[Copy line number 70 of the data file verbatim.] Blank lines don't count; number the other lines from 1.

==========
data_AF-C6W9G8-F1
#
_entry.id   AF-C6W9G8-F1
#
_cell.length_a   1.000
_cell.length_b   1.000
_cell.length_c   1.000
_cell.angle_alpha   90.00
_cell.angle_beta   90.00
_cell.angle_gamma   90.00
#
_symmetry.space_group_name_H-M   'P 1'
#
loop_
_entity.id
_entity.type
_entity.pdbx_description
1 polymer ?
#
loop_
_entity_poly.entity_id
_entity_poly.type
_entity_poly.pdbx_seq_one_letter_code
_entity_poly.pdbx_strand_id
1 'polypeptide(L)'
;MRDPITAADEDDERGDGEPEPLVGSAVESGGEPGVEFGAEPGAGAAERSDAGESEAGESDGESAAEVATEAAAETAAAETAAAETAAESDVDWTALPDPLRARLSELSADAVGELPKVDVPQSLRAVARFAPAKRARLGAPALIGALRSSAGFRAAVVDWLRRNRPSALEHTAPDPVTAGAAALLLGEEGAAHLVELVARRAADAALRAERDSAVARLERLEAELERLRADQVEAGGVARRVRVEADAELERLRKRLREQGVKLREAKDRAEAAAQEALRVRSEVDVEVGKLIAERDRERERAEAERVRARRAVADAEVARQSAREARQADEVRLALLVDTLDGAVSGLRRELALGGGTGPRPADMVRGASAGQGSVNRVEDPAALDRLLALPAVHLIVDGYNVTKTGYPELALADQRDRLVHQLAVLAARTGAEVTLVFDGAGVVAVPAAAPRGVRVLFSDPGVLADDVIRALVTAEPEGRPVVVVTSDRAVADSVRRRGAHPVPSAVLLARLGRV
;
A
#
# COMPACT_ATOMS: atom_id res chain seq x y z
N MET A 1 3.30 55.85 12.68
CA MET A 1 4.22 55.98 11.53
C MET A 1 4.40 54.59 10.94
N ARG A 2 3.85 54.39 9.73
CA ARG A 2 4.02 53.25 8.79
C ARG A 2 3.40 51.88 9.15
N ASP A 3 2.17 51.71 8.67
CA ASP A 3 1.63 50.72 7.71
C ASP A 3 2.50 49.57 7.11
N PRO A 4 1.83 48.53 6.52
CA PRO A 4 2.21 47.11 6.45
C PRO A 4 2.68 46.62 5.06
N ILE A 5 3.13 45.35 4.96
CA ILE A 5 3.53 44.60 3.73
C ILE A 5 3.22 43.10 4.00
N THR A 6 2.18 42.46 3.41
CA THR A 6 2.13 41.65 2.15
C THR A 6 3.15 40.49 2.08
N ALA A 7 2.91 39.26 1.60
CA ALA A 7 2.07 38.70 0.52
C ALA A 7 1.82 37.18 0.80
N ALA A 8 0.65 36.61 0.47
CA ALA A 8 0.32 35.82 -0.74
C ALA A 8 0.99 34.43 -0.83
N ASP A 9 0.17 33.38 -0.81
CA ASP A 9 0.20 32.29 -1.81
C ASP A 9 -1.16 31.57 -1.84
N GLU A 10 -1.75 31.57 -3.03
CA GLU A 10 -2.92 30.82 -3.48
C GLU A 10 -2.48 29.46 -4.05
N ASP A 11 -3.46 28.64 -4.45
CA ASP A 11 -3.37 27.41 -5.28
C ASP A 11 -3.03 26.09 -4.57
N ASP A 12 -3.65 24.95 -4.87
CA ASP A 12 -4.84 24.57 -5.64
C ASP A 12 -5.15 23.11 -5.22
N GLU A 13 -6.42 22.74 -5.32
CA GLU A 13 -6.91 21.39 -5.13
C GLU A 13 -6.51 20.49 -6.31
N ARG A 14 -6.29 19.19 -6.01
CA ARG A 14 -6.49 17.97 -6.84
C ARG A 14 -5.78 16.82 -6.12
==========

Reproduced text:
N ARG A 14 -6.29 19.19 -6.01